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WAG MAGAZINE | Take a Walk on the Mild Side When Using Animal Prints

“What becomes a legend most?” asks that timeless ad for Blackglama furs.

While real fur has fallen out of favor, faux fur textiles and animal prints are just as on-trend and ubiquitous in the interior design world as they are in fashion.

Animal prints connote power and status — overmuch luxury brimming with decadence. Lusty and voluptuous, animal prints flex their muscles in a room, commanding immediate attention. It’s how we focus this attention that determines which spaces look exciting and which spaces descend into the realm of gin-soaked glamour gone too far. Think Jackie Collins or Siegfried & Roy.

Please don’t take a walk on the wild side. Keep it minimal. In order to strike a modern chord, animal prints need to sidestep category completely. They must be used as an evocative accent or they will go from hot to not in the blink of an eye. Animal prints are timeless and work beautifully with both traditional as well as contemporary décor. They can even function as neutrals. When executed with aplomb, an interior using animal prints can shine as a daring and confident personal statement and a testament to measured risk-taking. You can afford to be bold if you follow a few simple guidelines:

First, never cover more than two surfaces in any room with an animal print. Conservatives would even say one would suffice. Two matching accent chairs, check. Two throw pillows, check. One ottoman, yes. An entire sofa, not on your life. I’m saying don’t do it. Just trust me on this.


Some of the most popular animal prints are zebra, giraffe, alligator, leopard, cowhide and tiger. Do not use animal prints that are rendered in cold colors such as blue and pink because animal hides are intrinsically warm-toned. Don’t venture far from the original if you don’t want to get kitschy. Zebra, on the other hand, can handle a bright white palette. Use a low-contrast, tone-on-tone print for a subtler look. It’s also best to limit yourself to one type of animal pattern (for example, all zebra or all leopard) in the same room.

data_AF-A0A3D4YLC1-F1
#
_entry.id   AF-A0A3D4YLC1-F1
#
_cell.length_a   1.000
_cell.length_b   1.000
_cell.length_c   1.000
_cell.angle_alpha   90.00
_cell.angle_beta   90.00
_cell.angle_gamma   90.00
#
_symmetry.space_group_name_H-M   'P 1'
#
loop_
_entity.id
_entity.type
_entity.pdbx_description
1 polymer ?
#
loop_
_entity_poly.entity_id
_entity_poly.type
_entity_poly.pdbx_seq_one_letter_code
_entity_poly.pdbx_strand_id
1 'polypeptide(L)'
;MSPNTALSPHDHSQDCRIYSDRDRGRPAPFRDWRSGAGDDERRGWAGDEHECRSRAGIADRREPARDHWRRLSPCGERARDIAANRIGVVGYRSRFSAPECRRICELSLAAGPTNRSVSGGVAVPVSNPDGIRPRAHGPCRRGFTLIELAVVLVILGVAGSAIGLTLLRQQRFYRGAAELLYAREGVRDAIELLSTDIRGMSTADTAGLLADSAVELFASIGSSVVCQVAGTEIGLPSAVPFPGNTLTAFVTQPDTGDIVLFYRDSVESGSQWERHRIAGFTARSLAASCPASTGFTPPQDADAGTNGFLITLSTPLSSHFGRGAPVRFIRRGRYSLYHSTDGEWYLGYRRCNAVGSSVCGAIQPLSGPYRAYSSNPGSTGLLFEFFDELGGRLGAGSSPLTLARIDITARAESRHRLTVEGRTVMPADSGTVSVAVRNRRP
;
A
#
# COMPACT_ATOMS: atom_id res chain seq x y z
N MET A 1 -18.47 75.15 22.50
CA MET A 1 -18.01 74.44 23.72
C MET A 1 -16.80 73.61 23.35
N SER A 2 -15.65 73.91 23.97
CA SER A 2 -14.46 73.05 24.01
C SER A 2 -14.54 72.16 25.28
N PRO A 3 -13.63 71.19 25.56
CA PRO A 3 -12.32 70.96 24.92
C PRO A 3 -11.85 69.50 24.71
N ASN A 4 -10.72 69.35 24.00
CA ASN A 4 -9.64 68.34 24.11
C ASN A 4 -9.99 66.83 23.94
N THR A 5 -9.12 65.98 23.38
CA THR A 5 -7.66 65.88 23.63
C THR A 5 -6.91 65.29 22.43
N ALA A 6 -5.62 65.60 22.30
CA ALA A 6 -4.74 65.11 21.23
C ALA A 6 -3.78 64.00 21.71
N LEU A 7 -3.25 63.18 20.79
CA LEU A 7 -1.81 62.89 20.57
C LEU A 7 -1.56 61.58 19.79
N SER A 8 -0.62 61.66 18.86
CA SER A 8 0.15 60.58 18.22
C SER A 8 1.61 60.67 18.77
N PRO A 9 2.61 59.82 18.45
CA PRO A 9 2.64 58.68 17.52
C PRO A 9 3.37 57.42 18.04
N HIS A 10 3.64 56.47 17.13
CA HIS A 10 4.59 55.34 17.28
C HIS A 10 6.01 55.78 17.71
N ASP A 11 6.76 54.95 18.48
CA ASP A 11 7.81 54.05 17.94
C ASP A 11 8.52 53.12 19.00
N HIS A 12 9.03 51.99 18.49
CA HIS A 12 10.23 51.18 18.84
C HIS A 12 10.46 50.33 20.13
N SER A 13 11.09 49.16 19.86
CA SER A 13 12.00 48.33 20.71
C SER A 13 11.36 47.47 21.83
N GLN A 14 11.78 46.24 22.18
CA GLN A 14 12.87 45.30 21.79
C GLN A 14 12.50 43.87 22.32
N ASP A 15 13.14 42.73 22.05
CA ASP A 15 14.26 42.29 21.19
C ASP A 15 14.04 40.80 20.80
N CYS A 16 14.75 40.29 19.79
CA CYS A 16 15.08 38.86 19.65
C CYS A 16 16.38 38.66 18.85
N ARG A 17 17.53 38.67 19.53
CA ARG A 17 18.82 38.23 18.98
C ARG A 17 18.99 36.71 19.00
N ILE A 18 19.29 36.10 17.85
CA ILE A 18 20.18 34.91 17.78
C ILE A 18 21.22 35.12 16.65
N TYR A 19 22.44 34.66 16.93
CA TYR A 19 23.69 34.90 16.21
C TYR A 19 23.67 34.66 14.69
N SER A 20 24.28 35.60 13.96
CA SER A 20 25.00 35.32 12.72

Large prints are best used on furniture and throw rugs. Smaller prints are best on textiles and accessories.


Believe it or not, Betsey Johnson, the fashion designer, has put her signature print of zebra stripes with alternating zippers on Kleenex tissue boxes. When I saw these at the drabbest of local supermarkets, I grabbed them immediately. I say it’s worth the extra dollar to brighten up your landscape, especially when you have a cold. Animal-patterned throw pillows are classics and will never go out of style. Be sure to get a throw in a different fabric like a knit or something woven so it won’t compete for attention. Do not be tempted to use a matching throw. There are many kinds of accessories that make brilliant use of their real estate — placemats, coasters and anything in the tabletop category.

Don’t ever install animal-print curtains. Any conceivable reason defies good taste.


As accent pieces go, these are fabulous. A throw rug in the shape of a hide with a pattern on it can really go almost anywhere because it won’t take over. It adds interest, focus and just the right amount of bling. They even come in solid neutral colors for pattern-shy people. Locate them under a desk in an office, under a coffee table in a living room or in a nook in the corner under an accent chair. I would advise against using the pattern in wall-to-wall carpeting as too much of a good thing.

You don’t have to be a legend or a diva to pull it off. I think Bette Midler would approve.

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